Last week, Louisville scored a $1 million grant from the Environmental Protection Agency to begin cleanup and re-development of the Park Hill neighborhood just west of downtown. The area has long been home to industrial plants, many of which have dribbled petroleum into the soil for decades. Like most older, neglected neighborhoods, Park Hill has a rich history that includes the circa-1800s farming community known as the Cabbage Patch and the original Sts. Mary & Elizabeth Hospital, which catered to, among others, the numerous injured victims in the area’s early industrial plants. (The neighborhood inspired Louise Marshall’s bestselling children’s novel and subsequent movie “Mrs. Wiggs of the Cabbage Patch,” which includes this prescient rhyme: In the mud and scum of things/Something always, always sings!)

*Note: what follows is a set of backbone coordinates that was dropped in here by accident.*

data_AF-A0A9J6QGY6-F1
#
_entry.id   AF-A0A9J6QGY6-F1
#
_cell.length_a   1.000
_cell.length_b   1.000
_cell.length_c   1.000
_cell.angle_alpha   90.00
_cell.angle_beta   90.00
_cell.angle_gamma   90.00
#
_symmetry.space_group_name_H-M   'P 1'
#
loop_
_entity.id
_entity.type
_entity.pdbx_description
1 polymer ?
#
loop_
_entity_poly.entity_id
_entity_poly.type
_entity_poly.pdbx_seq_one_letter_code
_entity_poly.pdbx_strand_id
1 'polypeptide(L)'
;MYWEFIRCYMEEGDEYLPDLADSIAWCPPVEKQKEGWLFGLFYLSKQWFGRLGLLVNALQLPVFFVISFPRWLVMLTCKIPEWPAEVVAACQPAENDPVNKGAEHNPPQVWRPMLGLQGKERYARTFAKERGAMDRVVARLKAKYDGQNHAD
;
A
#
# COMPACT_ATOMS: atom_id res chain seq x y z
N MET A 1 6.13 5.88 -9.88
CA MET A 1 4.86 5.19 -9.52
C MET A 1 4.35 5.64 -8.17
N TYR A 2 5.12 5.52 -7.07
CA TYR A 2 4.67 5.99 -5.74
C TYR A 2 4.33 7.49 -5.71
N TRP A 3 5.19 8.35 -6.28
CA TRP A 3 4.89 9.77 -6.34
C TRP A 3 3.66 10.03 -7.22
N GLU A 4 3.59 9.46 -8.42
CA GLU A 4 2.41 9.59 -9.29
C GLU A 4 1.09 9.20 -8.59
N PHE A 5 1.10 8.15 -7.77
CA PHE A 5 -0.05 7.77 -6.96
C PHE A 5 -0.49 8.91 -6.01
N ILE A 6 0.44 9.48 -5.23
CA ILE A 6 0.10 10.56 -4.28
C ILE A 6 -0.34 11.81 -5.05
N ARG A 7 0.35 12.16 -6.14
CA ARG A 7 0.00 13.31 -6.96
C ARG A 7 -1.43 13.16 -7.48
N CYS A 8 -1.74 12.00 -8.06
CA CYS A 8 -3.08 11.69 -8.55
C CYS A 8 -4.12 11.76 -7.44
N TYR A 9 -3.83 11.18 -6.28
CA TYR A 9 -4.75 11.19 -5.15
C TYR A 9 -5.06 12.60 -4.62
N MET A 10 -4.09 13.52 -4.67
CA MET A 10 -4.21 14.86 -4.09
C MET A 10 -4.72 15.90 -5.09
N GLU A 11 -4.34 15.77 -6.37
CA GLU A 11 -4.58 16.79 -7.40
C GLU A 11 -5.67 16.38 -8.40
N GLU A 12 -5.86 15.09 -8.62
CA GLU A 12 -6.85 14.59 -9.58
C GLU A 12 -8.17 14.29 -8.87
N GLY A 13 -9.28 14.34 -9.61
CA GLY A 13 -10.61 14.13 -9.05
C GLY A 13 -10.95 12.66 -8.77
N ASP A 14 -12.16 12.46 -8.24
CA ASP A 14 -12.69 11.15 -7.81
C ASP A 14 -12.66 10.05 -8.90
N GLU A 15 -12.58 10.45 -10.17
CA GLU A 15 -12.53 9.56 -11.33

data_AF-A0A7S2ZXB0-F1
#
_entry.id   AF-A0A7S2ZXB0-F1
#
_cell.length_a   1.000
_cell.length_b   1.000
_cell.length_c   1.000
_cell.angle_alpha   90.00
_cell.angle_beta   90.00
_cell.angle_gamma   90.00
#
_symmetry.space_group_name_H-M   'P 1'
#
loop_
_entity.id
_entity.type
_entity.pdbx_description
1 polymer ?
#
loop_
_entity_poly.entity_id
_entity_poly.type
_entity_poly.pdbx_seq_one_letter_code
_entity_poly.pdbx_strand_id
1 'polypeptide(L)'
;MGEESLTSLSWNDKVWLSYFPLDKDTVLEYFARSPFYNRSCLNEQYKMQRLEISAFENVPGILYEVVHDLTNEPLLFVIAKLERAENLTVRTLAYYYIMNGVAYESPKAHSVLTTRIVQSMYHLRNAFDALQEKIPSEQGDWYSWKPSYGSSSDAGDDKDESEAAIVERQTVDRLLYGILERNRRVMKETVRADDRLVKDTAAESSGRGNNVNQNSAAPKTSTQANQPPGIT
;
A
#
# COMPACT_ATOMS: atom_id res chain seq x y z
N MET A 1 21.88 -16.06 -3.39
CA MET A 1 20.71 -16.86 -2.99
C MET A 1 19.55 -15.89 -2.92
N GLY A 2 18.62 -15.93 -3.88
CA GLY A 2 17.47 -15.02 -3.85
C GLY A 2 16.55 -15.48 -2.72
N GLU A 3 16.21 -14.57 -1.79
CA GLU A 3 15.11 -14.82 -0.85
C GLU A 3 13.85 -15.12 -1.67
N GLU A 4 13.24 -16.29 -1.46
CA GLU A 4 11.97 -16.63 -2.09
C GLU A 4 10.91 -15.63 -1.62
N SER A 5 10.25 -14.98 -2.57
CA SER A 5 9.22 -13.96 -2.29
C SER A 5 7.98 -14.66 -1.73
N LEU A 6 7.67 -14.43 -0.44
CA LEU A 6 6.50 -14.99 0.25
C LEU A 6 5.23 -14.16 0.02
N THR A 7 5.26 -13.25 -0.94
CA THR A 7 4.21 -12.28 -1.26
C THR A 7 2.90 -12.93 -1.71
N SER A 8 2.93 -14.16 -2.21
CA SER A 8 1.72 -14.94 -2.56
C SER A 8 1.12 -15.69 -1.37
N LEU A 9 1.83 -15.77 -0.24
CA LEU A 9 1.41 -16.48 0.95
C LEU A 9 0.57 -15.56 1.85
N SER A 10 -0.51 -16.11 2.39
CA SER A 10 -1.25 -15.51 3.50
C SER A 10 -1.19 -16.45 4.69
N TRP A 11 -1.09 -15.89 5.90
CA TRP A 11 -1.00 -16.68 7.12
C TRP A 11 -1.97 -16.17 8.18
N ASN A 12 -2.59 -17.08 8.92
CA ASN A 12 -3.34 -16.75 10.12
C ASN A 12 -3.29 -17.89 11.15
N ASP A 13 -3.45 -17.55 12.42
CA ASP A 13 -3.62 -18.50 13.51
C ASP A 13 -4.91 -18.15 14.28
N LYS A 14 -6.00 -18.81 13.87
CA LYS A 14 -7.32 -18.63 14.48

In the wake of the successful rehab of other near-downtown neighborhoods, the impending $4-gas price, and sprawl’s godforsaken O’Charleysification, Park Hill seems like a natural for inner-city revitalization. But how much cleanup can $1 million — roughly the amount a McMansion owner might spend to polish the palladium faucets in his 11 bathrooms — buy? Instead of funding actual cleanup, Louisville will use the money to establish a revolving loan fund to assess properties for environmental damage. These “brownfields” are being cleaned up nationwide and are the target of innovative environmental scientists and vulture capitalists alike, thanks to the conditions mentioned above. —Jim Welp